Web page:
By Jennie Lay
Days are only getting longer and the sun is bright over the Yampa Valley. It’s beer drinking season.
Thankfully, you’re in Colorado, home to the Great American Beer Festival and lively haunts where beer aficionados find some of the country’s best pickings. Whether you seek bomber, a can or a hard-to-find tap, the state’s breweries are keen to tantalize your taste buds and quench your thirst.
Steamboat Springs brewers Charlie Noble (brewer and owner of Mahogany Ridge Brewery), Mark Fitzgerald (brewer and owner of Butcherknife Brewing which broke ground on Elk River Road this winter) and Greg Hamilton (filmmaker, writer, homebrewer) picked the Colorado beers they like best – then we poached their lists for unusual suspects and added a few editor’s picks to come up with a must-drink menu for spring. Everyone freely admits that what we love is often as much the culture around the breweries as the brews themselves.
“To me, the whole point of microbrews is variety and Colorado beer's got that down,” says Hamilton. “Speaking of getting it down, I'm thirsty now.”
Ryetous Rye IPA (aka Redacted Rye IPA) from Renegade Brewing Company (Denver): With citrusy hops and spicy rye, Fitzgerald says, “Come for the rye IPA, stay for everything else.”
Yeti Imperial Stout from Great Divide Brewing Company (Denver): Three GABF medals, named one of Beer Advocate’s “Top 100 beers on Earth” and 9.5% alcohol.
Charlie’s Cherry Ale from Mahogany Ridge Brewery (Steamboat Springs): It’s brewer Charlie Noble’s personal favorite and we couldn’t agree more. He uses 252 pounds of red tart and sweet cherries to add sugar but not sweet. Get it during cherry season – in the spring.
Billy’s Chilies from Twisted Pine Brewing Co.: “It seems like a novelty to sip such a spicy beer, but the fresh character of the chilies used in brewing makes it actually a culinary experience. Not to mention fun for dares when you realize after one pint you're losing your ability to taste anything else. Perhaps not the most balanced option, but who drinks beer for balance?” says Hamilton.
Mama's Little Yella Pils from Oskar Blues (Longmont): Made with 100% pale malt, German specialty malts, and Saaz hops, it’s the style of beer that made Pilsen, Czech Republic famous. In Colorado cans, Fitzgerald says, “It’s a great craft pilsner made by the brewery that began the craft canning movement.”
Sawtooth Ale from Left Hand Brewing (Longmont): Hamilton says, “I've heard it called an amber or a traditional bitter…and the brewer calls it an ‘American ESB.’ I find it leans toward malty flavors with fairly subtle hop aroma and mild bitterness.”
White Rascal from Avery Brewing (Boulder): A Belgian style white ale that’s unfiltered and spiced with coriander and Curaçao orange peel. Fitzgerald says, “When I'm in the mood for a Belgian this is my first choice. Great fun pairing with food.”
Cara De Luna Black Ale from Crazy Mountain Brewing Company (Avon): They call it a “mutt of a beer” with German hops, Belgian malt and American yeast that blend into a black German pale ale. “Our friends in the Vail valley are growing like gangbusters and already delivering beer coast to coast,” Fitzgerald says. Plus, they donate part of the proceeds to their beer sales to lots of worthy Western Slope causes.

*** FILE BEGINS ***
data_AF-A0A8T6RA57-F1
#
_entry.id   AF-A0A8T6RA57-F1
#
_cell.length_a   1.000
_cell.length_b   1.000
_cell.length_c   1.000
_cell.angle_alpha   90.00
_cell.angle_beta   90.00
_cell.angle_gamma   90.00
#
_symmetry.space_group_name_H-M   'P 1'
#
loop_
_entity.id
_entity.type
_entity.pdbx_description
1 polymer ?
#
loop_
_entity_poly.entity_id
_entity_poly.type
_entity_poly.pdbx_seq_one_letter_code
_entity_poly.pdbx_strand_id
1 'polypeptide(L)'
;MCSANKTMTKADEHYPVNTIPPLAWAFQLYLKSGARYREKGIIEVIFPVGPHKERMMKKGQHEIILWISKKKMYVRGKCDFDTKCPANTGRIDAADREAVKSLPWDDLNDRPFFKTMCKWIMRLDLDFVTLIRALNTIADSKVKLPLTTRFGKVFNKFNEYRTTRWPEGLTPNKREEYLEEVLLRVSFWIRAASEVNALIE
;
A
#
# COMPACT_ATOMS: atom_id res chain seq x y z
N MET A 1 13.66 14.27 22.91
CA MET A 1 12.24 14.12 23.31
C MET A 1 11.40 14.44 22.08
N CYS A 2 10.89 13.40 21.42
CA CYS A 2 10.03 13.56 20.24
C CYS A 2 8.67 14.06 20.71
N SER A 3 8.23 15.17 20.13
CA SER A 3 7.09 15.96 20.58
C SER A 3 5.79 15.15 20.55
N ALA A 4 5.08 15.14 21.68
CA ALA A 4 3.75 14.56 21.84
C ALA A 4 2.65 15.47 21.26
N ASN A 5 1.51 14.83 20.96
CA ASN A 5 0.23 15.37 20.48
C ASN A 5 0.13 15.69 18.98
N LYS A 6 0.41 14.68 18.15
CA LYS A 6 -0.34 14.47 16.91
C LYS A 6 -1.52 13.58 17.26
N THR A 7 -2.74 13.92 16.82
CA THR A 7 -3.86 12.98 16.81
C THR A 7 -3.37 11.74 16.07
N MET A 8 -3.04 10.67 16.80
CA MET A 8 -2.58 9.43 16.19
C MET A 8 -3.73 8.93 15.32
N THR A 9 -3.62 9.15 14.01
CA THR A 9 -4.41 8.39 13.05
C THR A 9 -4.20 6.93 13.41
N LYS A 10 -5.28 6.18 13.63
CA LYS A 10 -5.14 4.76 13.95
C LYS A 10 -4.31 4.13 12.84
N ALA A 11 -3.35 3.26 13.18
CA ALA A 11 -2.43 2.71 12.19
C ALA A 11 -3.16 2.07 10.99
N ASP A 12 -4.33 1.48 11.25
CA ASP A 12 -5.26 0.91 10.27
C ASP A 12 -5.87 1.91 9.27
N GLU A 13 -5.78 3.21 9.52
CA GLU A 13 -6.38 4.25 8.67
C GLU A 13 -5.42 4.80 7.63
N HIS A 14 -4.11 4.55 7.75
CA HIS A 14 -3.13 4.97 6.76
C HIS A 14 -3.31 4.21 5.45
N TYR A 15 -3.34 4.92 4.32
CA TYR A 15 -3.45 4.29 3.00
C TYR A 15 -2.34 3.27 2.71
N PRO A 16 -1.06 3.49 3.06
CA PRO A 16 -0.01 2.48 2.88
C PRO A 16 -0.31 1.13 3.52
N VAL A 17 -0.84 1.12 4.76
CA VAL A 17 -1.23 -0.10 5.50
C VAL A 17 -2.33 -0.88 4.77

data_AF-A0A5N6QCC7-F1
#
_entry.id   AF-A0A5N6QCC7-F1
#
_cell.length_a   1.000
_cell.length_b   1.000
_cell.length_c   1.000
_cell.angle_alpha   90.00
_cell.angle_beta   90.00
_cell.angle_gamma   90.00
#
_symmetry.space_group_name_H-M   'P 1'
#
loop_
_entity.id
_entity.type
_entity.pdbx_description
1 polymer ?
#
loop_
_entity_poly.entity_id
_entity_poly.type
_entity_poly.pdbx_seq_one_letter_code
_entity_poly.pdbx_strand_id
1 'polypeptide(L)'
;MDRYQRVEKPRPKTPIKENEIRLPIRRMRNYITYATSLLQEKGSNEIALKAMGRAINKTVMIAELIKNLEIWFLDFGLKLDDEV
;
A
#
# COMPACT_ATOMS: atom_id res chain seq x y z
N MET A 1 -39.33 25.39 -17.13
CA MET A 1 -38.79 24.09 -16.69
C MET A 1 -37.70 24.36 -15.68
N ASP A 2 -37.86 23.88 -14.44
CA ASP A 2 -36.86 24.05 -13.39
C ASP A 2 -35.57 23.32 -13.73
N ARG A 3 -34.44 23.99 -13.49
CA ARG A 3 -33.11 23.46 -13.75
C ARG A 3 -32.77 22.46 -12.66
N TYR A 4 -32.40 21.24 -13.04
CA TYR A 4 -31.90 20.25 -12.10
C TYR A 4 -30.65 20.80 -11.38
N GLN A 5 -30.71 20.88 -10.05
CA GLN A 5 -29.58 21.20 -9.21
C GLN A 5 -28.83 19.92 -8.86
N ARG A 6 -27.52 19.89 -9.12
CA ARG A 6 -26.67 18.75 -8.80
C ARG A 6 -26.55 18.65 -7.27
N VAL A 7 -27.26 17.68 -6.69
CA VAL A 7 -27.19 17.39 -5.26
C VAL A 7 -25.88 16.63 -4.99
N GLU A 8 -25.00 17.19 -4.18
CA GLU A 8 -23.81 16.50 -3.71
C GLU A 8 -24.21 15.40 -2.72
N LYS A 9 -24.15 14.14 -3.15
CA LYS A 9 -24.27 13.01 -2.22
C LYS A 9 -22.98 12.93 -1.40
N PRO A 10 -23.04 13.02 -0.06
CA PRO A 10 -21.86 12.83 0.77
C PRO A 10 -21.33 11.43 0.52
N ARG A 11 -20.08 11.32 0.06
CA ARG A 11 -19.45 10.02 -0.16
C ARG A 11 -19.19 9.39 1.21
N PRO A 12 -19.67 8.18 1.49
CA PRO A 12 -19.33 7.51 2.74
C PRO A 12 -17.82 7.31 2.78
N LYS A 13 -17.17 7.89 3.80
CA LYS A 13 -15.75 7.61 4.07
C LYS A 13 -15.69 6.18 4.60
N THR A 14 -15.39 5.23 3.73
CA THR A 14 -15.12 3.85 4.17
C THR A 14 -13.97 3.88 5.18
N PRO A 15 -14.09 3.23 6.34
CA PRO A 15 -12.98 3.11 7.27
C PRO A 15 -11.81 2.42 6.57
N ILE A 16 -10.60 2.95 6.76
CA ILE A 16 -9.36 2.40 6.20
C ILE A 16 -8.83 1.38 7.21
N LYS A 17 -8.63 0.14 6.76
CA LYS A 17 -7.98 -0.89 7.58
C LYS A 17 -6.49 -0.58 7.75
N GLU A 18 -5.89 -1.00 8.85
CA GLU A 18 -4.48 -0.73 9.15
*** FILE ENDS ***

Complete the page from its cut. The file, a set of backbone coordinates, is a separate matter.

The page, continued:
Lips of Faith series from New Belgium (Fort Collins): These experimental beers are brewed in smaller, more esoteric batches. “I'm very fond of their series, and how they're not afraid to go a little crazy. Everyone should try the Cocoa Molé, if you can find it,” says Fitzgerald.
Colorado Kind Ale from Mountain Sun Brewery (Boulder/Denver): “Tons of hoppy goodness delivered to you with a crooked smile from your free-spirited server,” says Hamilton.
Find it on tap: Milk Stout Nitro from Left Hand Brewing (Longmont).
Find it in a can: Modus Hoperandi and True Blond Ale from Ska Brewing (Durango).
Bombers to Covet
Two breweries are making beer you should never pass up a chance to try. What’s available changes often – but as far as we can tell, every experiment proves exceptional. Elevation Beer Company (Poncha Springs) barrel ages all their beers and batches are small and what’s up for the next two-month installation is unpredictable. The Downpour Imperial Red Ale is divine, as is the Apis IV Quadrupel that uses caramelized Colorado honey.
Funkwerks (Fort Collins) was founded by former Steamboat resident Gordon Schuck, who started brewing in Hayden as the Poplar Street Brewery. Despite pleas to open Funkwerks in Hayden’s historic granary (now home to Wild Goose Coffee), Schuck joined the Fort Collins scene, and was crowned the 2012 small brewery of the year at last fall’s Great American Brewfest. The gold-medal-winning Saison is tough to beat; Funkwerks calls it a “cascade of orange, lemon verbena, ginger and pepper” and we call it YUM.
A Beer Lover’s Companion
Don’t hit the pass without Ed Sealover’s book “Mountain Brew.” It’s a guide to Colorado’s breweries that this award-winning journalist, beer columnist and homebrewer compiled over two years while he visited 101 Colorado breweries. That’s every single one that existed when his book went to press – and he continues to update us about those that came afterwards on his Beer Run Blog (beerrunblog.blogspot.com). Sealover talked to the brewers, tasted their beer, assessed the atmosphere, revealed quirky histories, and wrapped all together into a perfect beer lover’s road-trip companion.
Soft cover, 221 pgs., $21.99